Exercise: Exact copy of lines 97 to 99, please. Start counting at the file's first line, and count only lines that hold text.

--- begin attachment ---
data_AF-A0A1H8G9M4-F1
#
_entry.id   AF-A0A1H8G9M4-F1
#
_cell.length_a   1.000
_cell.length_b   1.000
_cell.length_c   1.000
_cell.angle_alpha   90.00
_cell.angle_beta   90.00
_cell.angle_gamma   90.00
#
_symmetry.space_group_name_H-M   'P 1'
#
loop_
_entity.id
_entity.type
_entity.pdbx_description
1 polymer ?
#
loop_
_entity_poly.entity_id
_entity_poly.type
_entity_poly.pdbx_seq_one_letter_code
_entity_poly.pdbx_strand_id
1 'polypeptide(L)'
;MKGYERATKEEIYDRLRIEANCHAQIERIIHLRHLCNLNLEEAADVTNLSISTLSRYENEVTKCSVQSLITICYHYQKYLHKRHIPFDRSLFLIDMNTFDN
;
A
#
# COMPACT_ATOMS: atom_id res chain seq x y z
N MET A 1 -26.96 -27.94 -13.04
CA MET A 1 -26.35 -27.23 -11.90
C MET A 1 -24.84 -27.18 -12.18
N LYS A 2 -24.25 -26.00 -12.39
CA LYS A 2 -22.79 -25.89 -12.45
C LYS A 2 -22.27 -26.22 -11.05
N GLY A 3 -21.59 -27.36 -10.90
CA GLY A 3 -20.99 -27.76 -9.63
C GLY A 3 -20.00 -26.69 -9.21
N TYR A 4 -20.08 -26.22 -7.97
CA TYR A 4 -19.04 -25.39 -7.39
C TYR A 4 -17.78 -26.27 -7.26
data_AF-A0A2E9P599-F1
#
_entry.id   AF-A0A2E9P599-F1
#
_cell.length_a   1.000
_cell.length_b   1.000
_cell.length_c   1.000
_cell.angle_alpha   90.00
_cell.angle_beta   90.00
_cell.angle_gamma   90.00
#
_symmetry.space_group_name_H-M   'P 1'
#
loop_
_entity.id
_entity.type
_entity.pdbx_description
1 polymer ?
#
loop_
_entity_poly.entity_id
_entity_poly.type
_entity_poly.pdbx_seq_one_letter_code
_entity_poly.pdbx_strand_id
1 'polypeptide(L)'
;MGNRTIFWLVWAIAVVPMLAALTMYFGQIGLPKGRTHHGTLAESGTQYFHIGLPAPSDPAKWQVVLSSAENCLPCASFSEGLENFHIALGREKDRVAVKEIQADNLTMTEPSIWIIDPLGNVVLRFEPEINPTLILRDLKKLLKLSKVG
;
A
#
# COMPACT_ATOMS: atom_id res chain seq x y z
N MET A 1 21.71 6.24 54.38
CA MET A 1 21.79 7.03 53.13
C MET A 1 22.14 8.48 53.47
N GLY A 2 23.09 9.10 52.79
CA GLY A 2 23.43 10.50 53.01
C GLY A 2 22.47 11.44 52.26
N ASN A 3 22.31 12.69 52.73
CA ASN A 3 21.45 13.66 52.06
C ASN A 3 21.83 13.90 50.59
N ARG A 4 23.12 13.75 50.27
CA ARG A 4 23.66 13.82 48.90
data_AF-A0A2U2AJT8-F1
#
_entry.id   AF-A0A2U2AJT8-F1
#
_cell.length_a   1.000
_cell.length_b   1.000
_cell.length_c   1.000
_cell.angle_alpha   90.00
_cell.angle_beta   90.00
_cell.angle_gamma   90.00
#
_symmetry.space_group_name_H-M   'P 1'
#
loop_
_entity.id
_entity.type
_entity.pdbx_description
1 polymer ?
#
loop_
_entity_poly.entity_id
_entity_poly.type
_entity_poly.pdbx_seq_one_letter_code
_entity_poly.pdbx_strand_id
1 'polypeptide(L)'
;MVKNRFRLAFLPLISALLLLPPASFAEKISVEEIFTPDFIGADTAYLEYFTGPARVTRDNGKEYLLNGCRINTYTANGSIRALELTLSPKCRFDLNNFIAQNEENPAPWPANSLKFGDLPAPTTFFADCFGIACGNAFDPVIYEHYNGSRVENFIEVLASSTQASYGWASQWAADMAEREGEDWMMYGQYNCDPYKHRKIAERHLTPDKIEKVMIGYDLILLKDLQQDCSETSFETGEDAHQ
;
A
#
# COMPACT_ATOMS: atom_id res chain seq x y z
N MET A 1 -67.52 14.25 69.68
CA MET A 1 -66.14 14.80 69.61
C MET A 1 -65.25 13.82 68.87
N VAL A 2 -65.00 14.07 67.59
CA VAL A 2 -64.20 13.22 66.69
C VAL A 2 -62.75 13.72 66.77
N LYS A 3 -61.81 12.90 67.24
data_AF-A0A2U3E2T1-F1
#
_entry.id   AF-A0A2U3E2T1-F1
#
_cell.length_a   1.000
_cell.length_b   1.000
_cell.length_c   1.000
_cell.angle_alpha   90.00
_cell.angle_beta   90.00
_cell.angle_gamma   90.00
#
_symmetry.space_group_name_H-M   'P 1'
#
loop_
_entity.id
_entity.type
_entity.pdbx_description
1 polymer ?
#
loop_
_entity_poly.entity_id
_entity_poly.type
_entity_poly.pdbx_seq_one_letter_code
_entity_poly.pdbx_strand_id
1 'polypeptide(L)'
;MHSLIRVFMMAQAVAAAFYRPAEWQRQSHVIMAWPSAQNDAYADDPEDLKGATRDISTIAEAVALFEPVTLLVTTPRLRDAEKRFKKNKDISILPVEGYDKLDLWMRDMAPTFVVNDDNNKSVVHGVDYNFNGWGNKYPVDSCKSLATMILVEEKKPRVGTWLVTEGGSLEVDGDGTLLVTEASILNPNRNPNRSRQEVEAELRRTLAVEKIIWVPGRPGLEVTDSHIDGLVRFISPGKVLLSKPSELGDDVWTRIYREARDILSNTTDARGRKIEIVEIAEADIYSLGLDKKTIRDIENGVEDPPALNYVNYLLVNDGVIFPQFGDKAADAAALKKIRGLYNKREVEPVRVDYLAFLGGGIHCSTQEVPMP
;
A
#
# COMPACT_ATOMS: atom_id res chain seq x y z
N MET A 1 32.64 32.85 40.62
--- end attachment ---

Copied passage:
loop_
_entity.id
_entity.type